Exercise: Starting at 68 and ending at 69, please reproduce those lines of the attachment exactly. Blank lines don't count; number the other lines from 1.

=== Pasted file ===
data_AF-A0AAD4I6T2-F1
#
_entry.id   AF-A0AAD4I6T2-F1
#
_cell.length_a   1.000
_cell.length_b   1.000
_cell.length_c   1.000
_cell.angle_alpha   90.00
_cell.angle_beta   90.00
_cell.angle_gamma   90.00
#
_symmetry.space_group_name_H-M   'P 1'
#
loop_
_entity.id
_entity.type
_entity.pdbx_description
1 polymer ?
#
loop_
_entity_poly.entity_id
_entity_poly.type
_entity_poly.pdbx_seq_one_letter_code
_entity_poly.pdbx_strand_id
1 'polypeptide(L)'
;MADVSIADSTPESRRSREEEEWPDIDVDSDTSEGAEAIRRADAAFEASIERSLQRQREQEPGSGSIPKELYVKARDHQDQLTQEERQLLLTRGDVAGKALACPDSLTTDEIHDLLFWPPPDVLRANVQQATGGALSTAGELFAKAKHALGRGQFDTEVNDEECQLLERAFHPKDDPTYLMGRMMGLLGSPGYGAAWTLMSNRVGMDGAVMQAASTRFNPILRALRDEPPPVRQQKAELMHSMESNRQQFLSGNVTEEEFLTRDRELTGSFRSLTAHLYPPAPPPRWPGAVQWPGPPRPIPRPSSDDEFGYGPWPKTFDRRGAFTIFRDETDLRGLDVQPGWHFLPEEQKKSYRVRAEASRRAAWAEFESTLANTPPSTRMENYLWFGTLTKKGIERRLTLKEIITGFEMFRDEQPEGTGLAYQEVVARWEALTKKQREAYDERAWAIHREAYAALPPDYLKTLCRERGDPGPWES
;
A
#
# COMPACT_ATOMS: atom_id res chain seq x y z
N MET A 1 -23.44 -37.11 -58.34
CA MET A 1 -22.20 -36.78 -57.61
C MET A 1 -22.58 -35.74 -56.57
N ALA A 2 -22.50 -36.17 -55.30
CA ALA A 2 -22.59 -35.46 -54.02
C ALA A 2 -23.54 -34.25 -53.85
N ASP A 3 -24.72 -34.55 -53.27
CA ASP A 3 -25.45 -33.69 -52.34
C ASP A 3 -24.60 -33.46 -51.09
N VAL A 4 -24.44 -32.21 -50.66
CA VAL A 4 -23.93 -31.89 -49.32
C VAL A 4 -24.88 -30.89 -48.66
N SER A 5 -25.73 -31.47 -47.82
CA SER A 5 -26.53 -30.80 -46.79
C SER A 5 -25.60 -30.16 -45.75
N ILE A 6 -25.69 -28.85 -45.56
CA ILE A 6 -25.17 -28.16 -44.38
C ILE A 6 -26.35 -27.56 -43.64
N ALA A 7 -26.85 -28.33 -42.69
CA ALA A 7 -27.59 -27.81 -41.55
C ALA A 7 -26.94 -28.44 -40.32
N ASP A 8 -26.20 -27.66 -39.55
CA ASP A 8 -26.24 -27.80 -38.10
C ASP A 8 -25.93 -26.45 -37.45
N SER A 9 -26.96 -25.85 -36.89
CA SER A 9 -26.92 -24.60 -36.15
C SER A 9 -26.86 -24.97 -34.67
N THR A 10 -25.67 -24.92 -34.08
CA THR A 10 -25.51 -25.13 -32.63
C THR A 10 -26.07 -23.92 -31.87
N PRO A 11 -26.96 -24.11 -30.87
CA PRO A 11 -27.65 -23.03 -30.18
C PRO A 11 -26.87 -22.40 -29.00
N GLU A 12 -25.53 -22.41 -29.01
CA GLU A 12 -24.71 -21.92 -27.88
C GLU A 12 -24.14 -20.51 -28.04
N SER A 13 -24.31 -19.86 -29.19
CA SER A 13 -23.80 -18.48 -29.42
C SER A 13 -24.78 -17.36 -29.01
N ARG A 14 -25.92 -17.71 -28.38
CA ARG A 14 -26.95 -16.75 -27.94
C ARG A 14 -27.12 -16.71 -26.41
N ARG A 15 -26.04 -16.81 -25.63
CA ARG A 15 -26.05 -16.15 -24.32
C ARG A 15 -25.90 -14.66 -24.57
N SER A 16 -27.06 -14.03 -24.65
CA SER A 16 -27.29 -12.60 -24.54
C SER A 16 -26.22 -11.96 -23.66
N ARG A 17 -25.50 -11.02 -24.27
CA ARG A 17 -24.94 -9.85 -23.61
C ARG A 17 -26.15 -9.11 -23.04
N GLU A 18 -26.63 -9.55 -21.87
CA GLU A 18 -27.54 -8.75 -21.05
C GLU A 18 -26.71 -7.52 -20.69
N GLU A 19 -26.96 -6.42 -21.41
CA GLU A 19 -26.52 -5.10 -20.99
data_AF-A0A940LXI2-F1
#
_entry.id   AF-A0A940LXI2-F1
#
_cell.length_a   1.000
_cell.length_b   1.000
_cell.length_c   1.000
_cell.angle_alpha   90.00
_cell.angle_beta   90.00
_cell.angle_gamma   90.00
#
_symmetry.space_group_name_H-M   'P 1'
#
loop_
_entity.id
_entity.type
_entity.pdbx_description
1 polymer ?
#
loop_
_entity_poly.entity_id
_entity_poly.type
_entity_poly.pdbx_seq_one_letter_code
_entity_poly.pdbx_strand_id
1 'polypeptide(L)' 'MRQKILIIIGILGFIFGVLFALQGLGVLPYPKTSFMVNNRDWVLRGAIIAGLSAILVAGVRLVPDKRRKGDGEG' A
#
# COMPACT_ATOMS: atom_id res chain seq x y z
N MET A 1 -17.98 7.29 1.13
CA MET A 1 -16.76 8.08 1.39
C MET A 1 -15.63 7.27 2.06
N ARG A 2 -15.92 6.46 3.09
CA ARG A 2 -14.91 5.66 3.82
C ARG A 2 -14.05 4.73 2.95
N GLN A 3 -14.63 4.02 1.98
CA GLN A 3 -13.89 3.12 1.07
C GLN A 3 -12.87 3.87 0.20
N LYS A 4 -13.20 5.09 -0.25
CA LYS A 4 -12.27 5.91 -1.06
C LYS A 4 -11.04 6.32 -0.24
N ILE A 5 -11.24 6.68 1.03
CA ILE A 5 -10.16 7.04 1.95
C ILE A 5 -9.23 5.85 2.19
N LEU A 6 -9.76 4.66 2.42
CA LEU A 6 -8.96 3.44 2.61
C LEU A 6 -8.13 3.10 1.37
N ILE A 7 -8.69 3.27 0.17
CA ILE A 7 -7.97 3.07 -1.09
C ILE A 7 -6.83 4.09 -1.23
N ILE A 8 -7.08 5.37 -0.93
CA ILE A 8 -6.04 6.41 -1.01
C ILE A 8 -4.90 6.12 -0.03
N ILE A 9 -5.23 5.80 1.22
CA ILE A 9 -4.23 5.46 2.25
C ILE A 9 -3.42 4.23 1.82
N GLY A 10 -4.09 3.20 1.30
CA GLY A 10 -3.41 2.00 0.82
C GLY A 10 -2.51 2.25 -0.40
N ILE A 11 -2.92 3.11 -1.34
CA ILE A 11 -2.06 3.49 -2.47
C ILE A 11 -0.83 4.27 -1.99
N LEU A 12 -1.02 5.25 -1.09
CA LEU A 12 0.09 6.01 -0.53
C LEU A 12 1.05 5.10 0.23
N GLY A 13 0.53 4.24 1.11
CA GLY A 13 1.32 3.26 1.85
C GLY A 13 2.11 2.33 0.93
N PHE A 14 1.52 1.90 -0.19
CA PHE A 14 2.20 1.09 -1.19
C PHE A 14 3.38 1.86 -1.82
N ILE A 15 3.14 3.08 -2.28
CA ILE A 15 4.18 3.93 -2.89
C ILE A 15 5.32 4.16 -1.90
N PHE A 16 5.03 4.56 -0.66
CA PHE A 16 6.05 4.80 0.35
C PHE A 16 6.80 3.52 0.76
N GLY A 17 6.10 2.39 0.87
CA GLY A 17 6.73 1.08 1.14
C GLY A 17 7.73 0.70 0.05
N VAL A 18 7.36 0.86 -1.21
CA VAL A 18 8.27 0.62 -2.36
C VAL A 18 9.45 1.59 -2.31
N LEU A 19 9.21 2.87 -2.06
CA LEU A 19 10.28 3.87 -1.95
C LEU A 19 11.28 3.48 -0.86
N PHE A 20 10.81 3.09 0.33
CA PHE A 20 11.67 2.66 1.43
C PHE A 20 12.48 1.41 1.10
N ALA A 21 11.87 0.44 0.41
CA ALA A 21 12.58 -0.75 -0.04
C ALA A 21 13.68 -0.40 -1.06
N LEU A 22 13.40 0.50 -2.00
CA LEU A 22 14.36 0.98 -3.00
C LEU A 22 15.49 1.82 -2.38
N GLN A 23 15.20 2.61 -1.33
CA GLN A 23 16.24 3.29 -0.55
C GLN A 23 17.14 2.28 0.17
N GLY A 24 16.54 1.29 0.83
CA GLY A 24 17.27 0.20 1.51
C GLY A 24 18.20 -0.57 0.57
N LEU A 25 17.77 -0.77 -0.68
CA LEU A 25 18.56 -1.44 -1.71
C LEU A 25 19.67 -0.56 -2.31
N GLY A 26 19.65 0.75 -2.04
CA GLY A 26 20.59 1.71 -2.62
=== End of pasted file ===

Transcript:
CA SER A 13 -23.80 -18.48 -29.42
C SER A 13 -24.78 -17.36 -29.01